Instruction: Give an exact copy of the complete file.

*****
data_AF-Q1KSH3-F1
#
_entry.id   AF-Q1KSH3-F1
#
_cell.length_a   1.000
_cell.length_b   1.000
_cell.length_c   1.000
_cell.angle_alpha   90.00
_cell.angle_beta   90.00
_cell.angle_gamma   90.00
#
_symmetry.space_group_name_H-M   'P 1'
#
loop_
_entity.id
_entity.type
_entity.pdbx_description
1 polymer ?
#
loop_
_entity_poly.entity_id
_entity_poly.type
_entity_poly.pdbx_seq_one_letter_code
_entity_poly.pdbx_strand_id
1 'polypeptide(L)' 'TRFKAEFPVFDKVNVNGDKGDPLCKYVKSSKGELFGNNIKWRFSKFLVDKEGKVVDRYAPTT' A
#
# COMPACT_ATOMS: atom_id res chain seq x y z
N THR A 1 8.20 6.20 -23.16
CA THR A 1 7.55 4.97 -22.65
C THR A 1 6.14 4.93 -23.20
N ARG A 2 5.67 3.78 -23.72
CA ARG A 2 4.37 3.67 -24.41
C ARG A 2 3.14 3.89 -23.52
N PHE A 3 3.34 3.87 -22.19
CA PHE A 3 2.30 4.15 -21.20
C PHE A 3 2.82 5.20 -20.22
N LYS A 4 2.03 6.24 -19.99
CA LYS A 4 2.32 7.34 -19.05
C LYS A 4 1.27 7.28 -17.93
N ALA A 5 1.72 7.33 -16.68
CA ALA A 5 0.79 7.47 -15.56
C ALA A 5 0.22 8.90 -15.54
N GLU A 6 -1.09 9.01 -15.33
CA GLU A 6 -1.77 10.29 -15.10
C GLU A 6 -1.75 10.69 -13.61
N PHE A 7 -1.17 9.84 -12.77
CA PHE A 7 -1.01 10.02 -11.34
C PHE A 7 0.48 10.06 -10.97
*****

data_AF-Q1KSH3-F1
#
_entry.id   AF-Q1KSH3-F1
#
_cell.length_a   1.000
_cell.length_b   1.000
_cell.length_c   1.000
_cell.angle_alpha   90.00
_cell.angle_beta   90.00
_cell.angle_gamma   90.00
#
_symmetry.space_group_name_H-M   'P 1'
#
loop_
_entity.id
_entity.type
_entity.pdbx_description
1 polymer ?
#
loop_
_entity_poly.entity_id
_entity_poly.type
_entity_poly.pdbx_seq_one_letter_code
_entity_poly.pdbx_strand_id
1 'polypeptide(L)' 'TRFKAEFPVFDKVNVNGDKGDPLCKYVKSSKGELFGNNIKWRFSKFLVDKEGKVVDRYAPTT' A
#
# COMPACT_ATOMS: atom_id res chain seq x y z
N THR A 1 8.20 6.20 -23.16
CA THR A 1 7.55 4.97 -22.65
C THR A 1 6.14 4.93 -23.20
N ARG A 2 5.67 3.78 -23.72
CA ARG A 2 4.37 3.67 -24.41
C ARG A 2 3.14 3.89 -23.52
N PHE A 3 3.34 3.87 -22.19
CA PHE A 3 2.30 4.15 -21.20
C PHE A 3 2.82 5.20 -20.22
N LYS A 4 2.03 6.24 -19.99
CA LYS A 4 2.32 7.34 -19.05
C LYS A 4 1.27 7.28 -17.93
N ALA A 5 1.72 7.33 -16.68
CA ALA A 5 0.79 7.47 -15.56
C ALA A 5 0.22 8.90 -15.54
N GLU A 6 -1.09 9.01 -15.33
CA GLU A 6 -1.77 10.29 -15.10
C GLU A 6 -1.75 10.69 -13.61
N PHE A 7 -1.17 9.84 -12.77
CA PHE A 7 -1.01 10.02 -11.34
C PHE A 7 0.48 10.06 -10.97